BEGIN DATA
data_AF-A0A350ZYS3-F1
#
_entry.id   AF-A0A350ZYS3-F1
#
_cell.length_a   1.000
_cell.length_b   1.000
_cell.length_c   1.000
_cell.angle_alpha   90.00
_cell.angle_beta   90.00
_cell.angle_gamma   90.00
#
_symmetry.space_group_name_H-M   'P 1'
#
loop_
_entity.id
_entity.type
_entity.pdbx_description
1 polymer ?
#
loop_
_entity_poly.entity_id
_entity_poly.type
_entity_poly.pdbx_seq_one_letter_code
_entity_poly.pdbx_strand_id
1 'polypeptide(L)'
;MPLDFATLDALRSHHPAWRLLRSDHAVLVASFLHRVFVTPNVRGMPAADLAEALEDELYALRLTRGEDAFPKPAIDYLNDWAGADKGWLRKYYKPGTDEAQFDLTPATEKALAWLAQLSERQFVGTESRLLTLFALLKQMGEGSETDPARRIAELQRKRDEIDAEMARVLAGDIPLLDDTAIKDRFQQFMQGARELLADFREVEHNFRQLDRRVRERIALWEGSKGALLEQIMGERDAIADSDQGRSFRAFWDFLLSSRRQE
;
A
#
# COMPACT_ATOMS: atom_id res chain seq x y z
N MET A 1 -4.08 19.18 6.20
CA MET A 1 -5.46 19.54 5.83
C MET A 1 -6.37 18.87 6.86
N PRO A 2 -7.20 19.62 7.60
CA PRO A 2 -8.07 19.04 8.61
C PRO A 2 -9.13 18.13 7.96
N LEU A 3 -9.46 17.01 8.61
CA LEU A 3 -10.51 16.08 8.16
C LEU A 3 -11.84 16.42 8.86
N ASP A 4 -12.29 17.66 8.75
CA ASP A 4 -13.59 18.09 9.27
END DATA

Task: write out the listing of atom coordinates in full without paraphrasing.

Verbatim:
data_AF-A0A350ZYS3-F1
#
_entry.id   AF-A0A350ZYS3-F1
#
_cell.length_a   1.000
_cell.length_b   1.000
_cell.length_c   1.000
_cell.angle_alpha   90.00
_cell.angle_beta   90.00
_cell.angle_gamma   90.00
#
_symmetry.space_group_name_H-M   'P 1'
#
loop_
_entity.id
_entity.type
_entity.pdbx_description
1 polymer ?
#
loop_
_entity_poly.entity_id
_entity_poly.type
_entity_poly.pdbx_seq_one_letter_code
_entity_poly.pdbx_strand_id
1 'polypeptide(L)'
;MPLDFATLDALRSHHPAWRLLRSDHAVLVASFLHRVFVTPNVRGMPAADLAEALEDELYALRLTRGEDAFPKPAIDYLNDWAGADKGWLRKYYKPGTDEAQFDLTPATEKALAWLAQLSERQFVGTESRLLTLFALLKQMGEGSETDPARRIAELQRKRDEIDAEMARVLAGDIPLLDDTAIKDRFQQFMQGARELLADFREVEHNFRQLDRRVRERIALWEGSKGALLEQIMGERDAIADSDQGRSFRAFWDFLLSSRRQE
;
A
#
# COMPACT_ATOMS: atom_id res chain seq x y z
N MET A 1 -4.08 19.18 6.20
CA MET A 1 -5.46 19.54 5.83
C MET A 1 -6.37 18.87 6.86
N PRO A 2 -7.20 19.62 7.60
CA PRO A 2 -8.07 19.04 8.61
C PRO A 2 -9.13 18.13 7.96
N LEU A 3 -9.46 17.01 8.61
CA LEU A 3 -10.51 16.08 8.16
C LEU A 3 -11.84 16.42 8.86
N ASP A 4 -12.29 17.66 8.75
CA ASP A 4 -13.59 18.09 9.27